Best Babymoon Destinations 2020 Plus Essential Considerations

babymoon destinations

I started thinking about my babymoon, ooh.. a couple of days after finding out I was pregnant.

Whilst most parents-to-be might start thinking of names or searching for tiny little outfits, I was considering where in the world would be suited to a pregnant woman in January.

What can I say… the wanderlust is within.

Wandering with him earlier this year

Now, as a seasoned traveller I thought this would be easy.

I’ve never had any trouble organising adventures before. In fact, it was practically a hobby. Friends and family actually ask me to help them plan their holidays.

But this was no ordinary trip, and I soon realised just how many limitations and risk factors exist for pregnant women looking to travel.

Disclaimer: I’m not one to over worry about risks associated with international travel. Usually, there isn’t much that will stop me.

Of course, being pregnant means having to put the health of my baby before my distrust of how seriously we should be taking all these so called risk factors. So I would have to – for the next nine months at least – take a lot of new things into consideration.

Suddenly, planning this babymoon didn’t seem as straightforward as I thought it would be.

And because I had, quite frankly, a bit of a mare digging through ALL of the health recommendations, travel considerations and general online advice from pregnant women, I wanted to help YOU by putting everything you need to know and think about in one place. Right here.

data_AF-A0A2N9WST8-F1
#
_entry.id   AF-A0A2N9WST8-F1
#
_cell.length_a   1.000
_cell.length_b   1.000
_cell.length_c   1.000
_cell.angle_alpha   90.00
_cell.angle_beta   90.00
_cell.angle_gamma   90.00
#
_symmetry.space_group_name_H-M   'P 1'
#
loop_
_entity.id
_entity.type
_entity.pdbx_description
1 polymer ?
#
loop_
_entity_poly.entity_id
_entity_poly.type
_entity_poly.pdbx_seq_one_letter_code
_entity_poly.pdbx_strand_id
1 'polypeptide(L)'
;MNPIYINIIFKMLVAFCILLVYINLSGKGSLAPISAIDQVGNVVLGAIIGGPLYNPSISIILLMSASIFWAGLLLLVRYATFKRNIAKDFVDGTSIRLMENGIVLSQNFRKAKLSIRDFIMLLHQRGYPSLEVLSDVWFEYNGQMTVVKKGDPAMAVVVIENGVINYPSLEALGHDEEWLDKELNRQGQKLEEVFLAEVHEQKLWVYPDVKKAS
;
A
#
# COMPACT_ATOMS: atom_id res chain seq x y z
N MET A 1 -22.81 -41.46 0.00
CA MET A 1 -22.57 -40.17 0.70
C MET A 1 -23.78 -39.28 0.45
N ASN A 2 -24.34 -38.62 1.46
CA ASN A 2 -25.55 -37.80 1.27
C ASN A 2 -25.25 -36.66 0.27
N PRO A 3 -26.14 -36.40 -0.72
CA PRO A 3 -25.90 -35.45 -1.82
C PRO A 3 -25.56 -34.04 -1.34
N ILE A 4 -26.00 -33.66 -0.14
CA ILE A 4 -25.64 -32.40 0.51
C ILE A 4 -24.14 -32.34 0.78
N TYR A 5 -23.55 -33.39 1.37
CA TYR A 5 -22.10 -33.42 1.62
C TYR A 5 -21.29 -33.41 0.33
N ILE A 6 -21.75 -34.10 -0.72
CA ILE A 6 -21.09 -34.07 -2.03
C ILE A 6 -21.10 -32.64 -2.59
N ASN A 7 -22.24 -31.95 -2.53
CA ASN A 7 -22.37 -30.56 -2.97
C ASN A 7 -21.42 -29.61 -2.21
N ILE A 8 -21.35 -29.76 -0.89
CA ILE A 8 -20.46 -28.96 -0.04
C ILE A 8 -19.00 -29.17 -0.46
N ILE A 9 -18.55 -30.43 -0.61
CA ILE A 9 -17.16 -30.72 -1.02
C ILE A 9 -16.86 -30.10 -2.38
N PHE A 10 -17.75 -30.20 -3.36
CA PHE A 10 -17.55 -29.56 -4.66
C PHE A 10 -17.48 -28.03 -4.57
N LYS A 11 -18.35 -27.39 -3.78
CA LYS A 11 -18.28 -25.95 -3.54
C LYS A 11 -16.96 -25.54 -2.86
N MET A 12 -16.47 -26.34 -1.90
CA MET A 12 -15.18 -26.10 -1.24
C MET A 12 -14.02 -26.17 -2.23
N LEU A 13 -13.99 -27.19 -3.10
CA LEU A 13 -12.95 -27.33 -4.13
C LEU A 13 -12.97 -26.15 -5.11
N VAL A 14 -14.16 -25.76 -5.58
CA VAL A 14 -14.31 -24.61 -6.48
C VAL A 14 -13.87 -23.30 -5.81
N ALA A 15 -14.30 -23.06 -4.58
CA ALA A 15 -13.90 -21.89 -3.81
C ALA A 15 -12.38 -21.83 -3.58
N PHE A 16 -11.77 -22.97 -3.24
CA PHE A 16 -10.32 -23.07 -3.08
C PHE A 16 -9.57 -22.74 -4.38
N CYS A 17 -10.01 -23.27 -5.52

So here is my comprehensive list of all the key things you need to think about when planning where and when to go on your babymoon.

Babymoon considerations: how to plan

when to go on a babymoon

The months available to you are pretty much already decided. The baby is due when the baby is due.

Most women find that the best time to travel or take a holiday is in mid-pregnancy, between 4 and 6 months.

For me, that meant around mid November to mid January.

Brrrr.

Most pregnant women do feel better around this stage of pregnancy. I’m certainly not glowing – as all the books I’ve read suggested I would be – but I am less tired, less fussy with food and probably a little less angry.

If, like me, this is your first pregnancy, don’t be tempted to push your travel dates back to when you’ll be more heavily pregnant just to suit a destination or attempt to guarantee better weather.